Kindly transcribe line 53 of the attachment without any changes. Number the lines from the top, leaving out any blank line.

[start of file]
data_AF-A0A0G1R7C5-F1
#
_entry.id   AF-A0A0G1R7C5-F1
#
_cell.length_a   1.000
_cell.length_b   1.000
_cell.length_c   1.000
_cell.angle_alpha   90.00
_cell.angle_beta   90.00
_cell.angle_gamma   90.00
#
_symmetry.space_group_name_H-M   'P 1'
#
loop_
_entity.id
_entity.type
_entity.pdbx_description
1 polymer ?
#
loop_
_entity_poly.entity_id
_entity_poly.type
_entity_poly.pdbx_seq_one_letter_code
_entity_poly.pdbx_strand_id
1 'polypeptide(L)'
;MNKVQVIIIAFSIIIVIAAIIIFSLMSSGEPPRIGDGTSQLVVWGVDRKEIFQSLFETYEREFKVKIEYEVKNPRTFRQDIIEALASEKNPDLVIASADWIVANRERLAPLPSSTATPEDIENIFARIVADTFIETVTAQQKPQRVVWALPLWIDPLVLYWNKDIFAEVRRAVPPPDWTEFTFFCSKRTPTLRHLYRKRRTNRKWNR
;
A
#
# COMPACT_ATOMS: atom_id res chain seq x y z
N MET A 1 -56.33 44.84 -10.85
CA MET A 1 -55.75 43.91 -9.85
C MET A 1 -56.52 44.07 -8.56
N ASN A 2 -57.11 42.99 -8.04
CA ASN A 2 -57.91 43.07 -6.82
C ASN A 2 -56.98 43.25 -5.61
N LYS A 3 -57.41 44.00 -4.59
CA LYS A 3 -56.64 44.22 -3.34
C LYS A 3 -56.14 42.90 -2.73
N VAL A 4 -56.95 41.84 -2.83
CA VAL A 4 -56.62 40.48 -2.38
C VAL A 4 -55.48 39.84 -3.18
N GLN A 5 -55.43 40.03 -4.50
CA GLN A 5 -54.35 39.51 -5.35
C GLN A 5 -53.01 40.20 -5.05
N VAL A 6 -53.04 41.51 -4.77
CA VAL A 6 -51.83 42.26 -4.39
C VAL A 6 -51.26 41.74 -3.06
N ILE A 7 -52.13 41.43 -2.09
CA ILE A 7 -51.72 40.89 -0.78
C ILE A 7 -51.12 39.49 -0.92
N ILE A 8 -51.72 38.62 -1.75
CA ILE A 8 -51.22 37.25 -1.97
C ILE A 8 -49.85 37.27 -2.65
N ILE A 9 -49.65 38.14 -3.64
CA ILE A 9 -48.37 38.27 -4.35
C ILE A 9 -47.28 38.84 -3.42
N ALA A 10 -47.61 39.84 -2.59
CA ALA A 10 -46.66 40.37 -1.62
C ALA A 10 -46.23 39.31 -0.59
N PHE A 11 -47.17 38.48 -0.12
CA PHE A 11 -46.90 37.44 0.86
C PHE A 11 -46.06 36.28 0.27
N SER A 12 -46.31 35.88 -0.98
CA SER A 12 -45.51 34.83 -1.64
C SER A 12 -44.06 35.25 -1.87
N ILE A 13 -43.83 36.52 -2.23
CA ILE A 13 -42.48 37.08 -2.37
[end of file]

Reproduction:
CA ILE A 8 -51.22 37.25 -1.97